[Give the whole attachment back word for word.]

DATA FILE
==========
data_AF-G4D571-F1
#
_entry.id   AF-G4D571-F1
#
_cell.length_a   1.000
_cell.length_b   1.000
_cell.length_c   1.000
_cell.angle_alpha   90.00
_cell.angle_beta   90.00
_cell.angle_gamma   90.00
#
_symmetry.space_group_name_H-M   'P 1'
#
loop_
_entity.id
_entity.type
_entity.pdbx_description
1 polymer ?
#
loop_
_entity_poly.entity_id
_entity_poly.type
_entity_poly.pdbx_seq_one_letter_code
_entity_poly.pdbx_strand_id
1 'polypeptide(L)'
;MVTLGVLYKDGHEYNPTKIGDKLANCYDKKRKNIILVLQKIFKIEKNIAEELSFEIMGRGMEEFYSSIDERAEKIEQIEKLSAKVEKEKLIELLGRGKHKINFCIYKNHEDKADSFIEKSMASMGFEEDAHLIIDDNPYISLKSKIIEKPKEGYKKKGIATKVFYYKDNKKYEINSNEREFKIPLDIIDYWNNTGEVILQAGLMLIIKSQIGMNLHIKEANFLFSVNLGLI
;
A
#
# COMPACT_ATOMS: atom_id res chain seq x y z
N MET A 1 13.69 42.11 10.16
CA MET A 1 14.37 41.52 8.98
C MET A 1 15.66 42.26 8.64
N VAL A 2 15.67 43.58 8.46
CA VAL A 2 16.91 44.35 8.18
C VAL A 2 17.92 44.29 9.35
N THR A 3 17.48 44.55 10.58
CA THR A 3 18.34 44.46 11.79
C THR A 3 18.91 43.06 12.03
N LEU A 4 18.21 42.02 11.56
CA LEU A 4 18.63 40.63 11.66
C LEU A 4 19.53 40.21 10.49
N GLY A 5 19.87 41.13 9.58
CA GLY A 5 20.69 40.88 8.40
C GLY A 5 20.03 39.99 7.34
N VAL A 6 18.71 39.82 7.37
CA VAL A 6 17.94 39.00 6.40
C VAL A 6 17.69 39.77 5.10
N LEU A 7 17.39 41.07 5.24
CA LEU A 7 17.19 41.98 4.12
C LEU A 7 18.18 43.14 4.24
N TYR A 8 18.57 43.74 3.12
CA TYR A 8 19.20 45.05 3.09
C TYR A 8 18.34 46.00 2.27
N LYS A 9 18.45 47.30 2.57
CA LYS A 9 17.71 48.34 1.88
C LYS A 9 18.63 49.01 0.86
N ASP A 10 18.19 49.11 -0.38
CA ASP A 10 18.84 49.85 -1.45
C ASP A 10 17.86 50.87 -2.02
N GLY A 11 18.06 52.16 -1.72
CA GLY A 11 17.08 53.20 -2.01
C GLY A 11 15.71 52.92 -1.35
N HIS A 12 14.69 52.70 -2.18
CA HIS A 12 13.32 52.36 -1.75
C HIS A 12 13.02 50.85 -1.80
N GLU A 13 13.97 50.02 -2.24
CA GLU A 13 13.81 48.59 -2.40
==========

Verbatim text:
data_AF-G4D571-F1
#
_entry.id   AF-G4D571-F1
#
_cell.length_a   1.000
_cell.length_b   1.000
_cell.length_c   1.000
_cell.angle_alpha   90.00
_cell.angle_beta   90.00
_cell.angle_gamma   90.00
#
_symmetry.space_group_name_H-M   'P 1'
#
loop_
_entity.id
_entity.type
_entity.pdbx_description
1 polymer ?
#
loop_
_entity_poly.entity_id
_entity_poly.type
_entity_poly.pdbx_seq_one_letter_code
_entity_poly.pdbx_strand_id
1 'polypeptide(L)'
;MVTLGVLYKDGHEYNPTKIGDKLANCYDKKRKNIILVLQKIFKIEKNIAEELSFEIMGRGMEEFYSSIDERAEKIEQIEKLSAKVEKEKLIELLGRGKHKINFCIYKNHEDKADSFIEKSMASMGFEEDAHLIIDDNPYISLKSKIIEKPKEGYKKKGIATKVFYYKDNKKYEINSNEREFKIPLDIIDYWNNTGEVILQAGLMLIIKSQIGMNLHIKEANFLFSVNLGLI
;
A
#
# COMPACT_ATOMS: atom_id res chain seq x y z
N MET A 1 13.69 42.11 10.16
CA MET A 1 14.37 41.52 8.98
C MET A 1 15.66 42.26 8.64
N VAL A 2 15.67 43.58 8.46
CA VAL A 2 16.91 44.35 8.18
C VAL A 2 17.92 44.29 9.35
N THR A 3 17.48 44.55 10.58
CA THR A 3 18.34 44.46 11.79
C THR A 3 18.91 43.06 12.03
N LEU A 4 18.21 42.02 11.56
CA LEU A 4 18.63 40.63 11.66
C LEU A 4 19.53 40.21 10.49
N GLY A 5 19.87 41.13 9.58
CA GLY A 5 20.69 40.88 8.40
C GLY A 5 20.03 39.99 7.34
N VAL A 6 18.71 39.82 7.37
CA VAL A 6 17.94 39.00 6.40
C VAL A 6 17.69 39.77 5.10
N LEU A 7 17.39 41.07 5.24
CA LEU A 7 17.19 41.98 4.12
C LEU A 7 18.18 43.14 4.24
N TYR A 8 18.57 43.74 3.12
CA TYR A 8 19.20 45.05 3.09
C TYR A 8 18.34 46.00 2.27
N LYS A 9 18.45 47.30 2.57
CA LYS A 9 17.71 48.34 1.88
C LYS A 9 18.63 49.01 0.86
N ASP A 10 18.19 49.11 -0.38
CA ASP A 10 18.84 49.85 -1.45
C ASP A 10 17.86 50.87 -2.02
N GLY A 11 18.06 52.16 -1.72
CA GLY A 11 17.08 53.20 -2.01
C GLY A 11 15.71 52.92 -1.35
N HIS A 12 14.69 52.70 -2.18
CA HIS A 12 13.32 52.36 -1.75
C HIS A 12 13.02 50.85 -1.80
N GLU A 13 13.97 50.02 -2.24
CA GLU A 13 13.81 48.59 -2.40